Well I like to think my great grandmother, Mary Ann Fox, might have looked through the hole in this old Derbyshire gatepost on her way from Callow Farm to Hathersage village. The post stands beside a path she would have known well until 1886 when, at the age of 23, and apparently already betrothed to the local squire, she ran off with a city type, a Bolton spindle manufacturer, Tom Shorrocks.
The High Peak of her homeland was by no means a rural idyll, although it looks so today. Alongside stock rearing and subsistence agriculture, small landowner-tenant farmers like the Foxes had for centuries engaged in other trades. Lead and fluorspar mining were mainstays of the area. So was the making of millstones up on Stanage Edge, though not so much for wheat grinding since the local gritstone discoloured the flour, but for pulping wood and crushing the lead ore for the smelting houses. The grind-stones also served the cutlery industry in nearby Sheffield and stones for wood pulping were exported to North America and Russia.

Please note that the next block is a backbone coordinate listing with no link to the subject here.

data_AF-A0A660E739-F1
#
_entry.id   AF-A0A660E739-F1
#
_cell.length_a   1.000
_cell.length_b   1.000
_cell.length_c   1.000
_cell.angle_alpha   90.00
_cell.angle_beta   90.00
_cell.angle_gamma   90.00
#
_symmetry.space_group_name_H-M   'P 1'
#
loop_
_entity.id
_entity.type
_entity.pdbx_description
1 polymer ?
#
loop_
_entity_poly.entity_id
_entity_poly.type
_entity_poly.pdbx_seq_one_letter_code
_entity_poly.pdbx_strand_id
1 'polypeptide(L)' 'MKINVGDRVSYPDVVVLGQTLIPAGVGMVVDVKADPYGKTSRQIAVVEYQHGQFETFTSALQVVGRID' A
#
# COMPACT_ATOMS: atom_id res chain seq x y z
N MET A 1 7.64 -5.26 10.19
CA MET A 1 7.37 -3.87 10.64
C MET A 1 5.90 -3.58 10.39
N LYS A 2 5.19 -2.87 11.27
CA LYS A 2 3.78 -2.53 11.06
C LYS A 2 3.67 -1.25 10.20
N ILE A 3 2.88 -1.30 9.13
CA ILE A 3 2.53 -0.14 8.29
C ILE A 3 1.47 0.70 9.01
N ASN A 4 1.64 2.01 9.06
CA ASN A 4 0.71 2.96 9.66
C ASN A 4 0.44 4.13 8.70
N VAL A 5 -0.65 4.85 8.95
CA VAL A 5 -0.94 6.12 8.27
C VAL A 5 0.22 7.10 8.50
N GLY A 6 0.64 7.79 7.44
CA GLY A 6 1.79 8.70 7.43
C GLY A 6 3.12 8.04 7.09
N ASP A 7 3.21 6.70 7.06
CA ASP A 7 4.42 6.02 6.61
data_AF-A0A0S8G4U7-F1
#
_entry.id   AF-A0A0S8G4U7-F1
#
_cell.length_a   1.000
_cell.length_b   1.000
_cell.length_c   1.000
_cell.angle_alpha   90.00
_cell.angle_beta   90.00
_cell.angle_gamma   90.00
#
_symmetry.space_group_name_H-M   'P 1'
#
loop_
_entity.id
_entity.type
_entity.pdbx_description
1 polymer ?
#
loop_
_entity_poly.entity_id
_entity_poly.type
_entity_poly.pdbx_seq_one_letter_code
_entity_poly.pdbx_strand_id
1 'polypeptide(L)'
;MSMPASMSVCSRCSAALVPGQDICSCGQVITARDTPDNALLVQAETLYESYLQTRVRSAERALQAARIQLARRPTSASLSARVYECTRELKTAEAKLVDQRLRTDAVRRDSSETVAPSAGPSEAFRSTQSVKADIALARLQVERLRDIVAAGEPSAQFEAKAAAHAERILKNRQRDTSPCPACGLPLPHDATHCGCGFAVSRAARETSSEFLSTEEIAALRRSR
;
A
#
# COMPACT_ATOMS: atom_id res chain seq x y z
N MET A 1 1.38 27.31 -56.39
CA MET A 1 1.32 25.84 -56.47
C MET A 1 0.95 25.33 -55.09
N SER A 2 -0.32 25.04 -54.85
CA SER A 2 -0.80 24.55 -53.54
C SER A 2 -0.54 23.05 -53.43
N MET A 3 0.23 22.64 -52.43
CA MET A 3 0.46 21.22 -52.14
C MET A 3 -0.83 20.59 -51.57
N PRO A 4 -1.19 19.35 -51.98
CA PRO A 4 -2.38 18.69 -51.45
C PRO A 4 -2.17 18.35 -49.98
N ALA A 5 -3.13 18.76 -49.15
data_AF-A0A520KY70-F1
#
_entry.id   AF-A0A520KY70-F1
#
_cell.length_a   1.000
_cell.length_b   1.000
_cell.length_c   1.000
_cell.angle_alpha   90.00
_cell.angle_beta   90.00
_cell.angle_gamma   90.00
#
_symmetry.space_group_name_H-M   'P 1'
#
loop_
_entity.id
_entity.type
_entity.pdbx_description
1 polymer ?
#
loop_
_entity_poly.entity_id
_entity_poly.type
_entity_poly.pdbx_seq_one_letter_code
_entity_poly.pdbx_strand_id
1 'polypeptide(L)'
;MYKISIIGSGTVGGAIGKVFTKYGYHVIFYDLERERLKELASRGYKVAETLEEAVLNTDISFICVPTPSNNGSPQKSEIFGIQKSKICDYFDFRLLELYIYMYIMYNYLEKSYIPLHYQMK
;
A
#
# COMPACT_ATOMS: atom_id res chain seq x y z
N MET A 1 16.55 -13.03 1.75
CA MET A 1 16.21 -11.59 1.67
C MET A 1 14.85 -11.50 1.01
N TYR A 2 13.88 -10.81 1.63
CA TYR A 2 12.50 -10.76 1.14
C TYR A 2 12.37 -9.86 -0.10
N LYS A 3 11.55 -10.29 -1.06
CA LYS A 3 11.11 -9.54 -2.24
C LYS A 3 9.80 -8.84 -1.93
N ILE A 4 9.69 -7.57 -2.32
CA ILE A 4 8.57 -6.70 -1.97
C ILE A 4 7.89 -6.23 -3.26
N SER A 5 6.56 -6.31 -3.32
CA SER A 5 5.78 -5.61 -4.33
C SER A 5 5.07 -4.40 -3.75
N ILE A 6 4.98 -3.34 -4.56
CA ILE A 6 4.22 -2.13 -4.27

Hathersage, then (seen distantly here through the gate post), has a busy industrial past. From Tudor times it was the centre of wire-drawing, at first for making sieves for miners, and later for pins and needles. By Mary Ann’s day there were 5 such mills there, all powered by steam, their chimneys gushing out fumes that would have hung over the Derwent Valley. By then, too, the railway had arrived, the line from Manchester to Sheffield passing through land once owned by her grandfather. So, as I say, this was no rural idyll, but a community of industry and enterprise of the sort that had characterized High Peak farming families for generations. Growing and stock rearing might put food on the table, but farming did not bring the kind of prosperity that a rich seam of lead could be expected to yield.